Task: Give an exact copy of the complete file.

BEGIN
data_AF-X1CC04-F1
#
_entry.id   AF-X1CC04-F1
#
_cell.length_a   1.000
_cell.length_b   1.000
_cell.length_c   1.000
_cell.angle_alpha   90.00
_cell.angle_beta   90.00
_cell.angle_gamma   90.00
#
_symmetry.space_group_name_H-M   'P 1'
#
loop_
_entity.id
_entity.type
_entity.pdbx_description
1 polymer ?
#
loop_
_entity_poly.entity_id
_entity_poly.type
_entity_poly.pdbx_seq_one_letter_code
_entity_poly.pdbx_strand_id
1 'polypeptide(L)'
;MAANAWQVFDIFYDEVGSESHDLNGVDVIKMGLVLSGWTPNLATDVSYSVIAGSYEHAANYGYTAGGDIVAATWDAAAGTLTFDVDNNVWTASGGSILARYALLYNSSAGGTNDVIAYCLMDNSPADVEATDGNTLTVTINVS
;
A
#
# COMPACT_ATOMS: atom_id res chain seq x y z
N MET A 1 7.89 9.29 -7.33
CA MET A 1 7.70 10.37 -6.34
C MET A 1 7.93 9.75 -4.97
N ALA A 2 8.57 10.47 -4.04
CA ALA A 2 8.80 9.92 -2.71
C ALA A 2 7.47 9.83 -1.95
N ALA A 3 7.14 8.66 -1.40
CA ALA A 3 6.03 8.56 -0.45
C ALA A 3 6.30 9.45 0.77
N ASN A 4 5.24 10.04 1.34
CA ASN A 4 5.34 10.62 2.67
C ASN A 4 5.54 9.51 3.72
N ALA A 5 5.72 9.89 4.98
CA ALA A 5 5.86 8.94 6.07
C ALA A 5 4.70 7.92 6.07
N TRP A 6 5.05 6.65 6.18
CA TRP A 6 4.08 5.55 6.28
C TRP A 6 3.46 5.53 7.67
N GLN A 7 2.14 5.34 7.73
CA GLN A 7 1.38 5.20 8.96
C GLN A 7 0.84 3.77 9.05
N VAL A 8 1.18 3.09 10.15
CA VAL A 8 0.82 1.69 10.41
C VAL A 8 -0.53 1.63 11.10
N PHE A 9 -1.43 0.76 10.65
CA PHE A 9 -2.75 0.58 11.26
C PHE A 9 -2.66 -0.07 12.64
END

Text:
data_AF-X1CC04-F1
#
_entry.id   AF-X1CC04-F1
#
_cell.length_a   1.000
_cell.length_b   1.000
_cell.length_c   1.000
_cell.angle_alpha   90.00
_cell.angle_beta   90.00
_cell.angle_gamma   90.00
#
_symmetry.space_group_name_H-M   'P 1'
#
loop_
_entity.id
_entity.type
_entity.pdbx_description
1 polymer ?
#
loop_
_entity_poly.entity_id
_entity_poly.type
_entity_poly.pdbx_seq_one_letter_code
_entity_poly.pdbx_strand_id
1 'polypeptide(L)'
;MAANAWQVFDIFYDEVGSESHDLNGVDVIKMGLVLSGWTPNLATDVSYSVIAGSYEHAANYGYTAGGDIVAATWDAAAGTLTFDVDNNVWTASGGSILARYALLYNSSAGGTNDVIAYCLMDNSPADVEATDGNTLTVTINVS
;
A
#
# COMPACT_ATOMS: atom_id res chain seq x y z
N MET A 1 7.89 9.29 -7.33
CA MET A 1 7.70 10.37 -6.34
C MET A 1 7.93 9.75 -4.97
N ALA A 2 8.57 10.47 -4.04
CA ALA A 2 8.80 9.92 -2.71
C ALA A 2 7.47 9.83 -1.95
N ALA A 3 7.14 8.66 -1.40
CA ALA A 3 6.03 8.56 -0.45
C ALA A 3 6.30 9.45 0.77
N ASN A 4 5.24 10.04 1.34
CA ASN A 4 5.34 10.62 2.67
C ASN A 4 5.54 9.51 3.72
N ALA A 5 5.72 9.89 4.98
CA ALA A 5 5.86 8.94 6.07
C ALA A 5 4.70 7.92 6.07
N TRP A 6 5.05 6.65 6.18
CA TRP A 6 4.08 5.55 6.28
C TRP A 6 3.46 5.53 7.67
N GLN A 7 2.14 5.34 7.73
CA GLN A 7 1.38 5.20 8.96
C GLN A 7 0.84 3.77 9.05
N VAL A 8 1.18 3.09 10.15
CA VAL A 8 0.82 1.69 10.41
C VAL A 8 -0.53 1.63 11.10
N PHE A 9 -1.43 0.76 10.65
CA PHE A 9 -2.75 0.58 11.26
C PHE A 9 -2.66 -0.07 12.64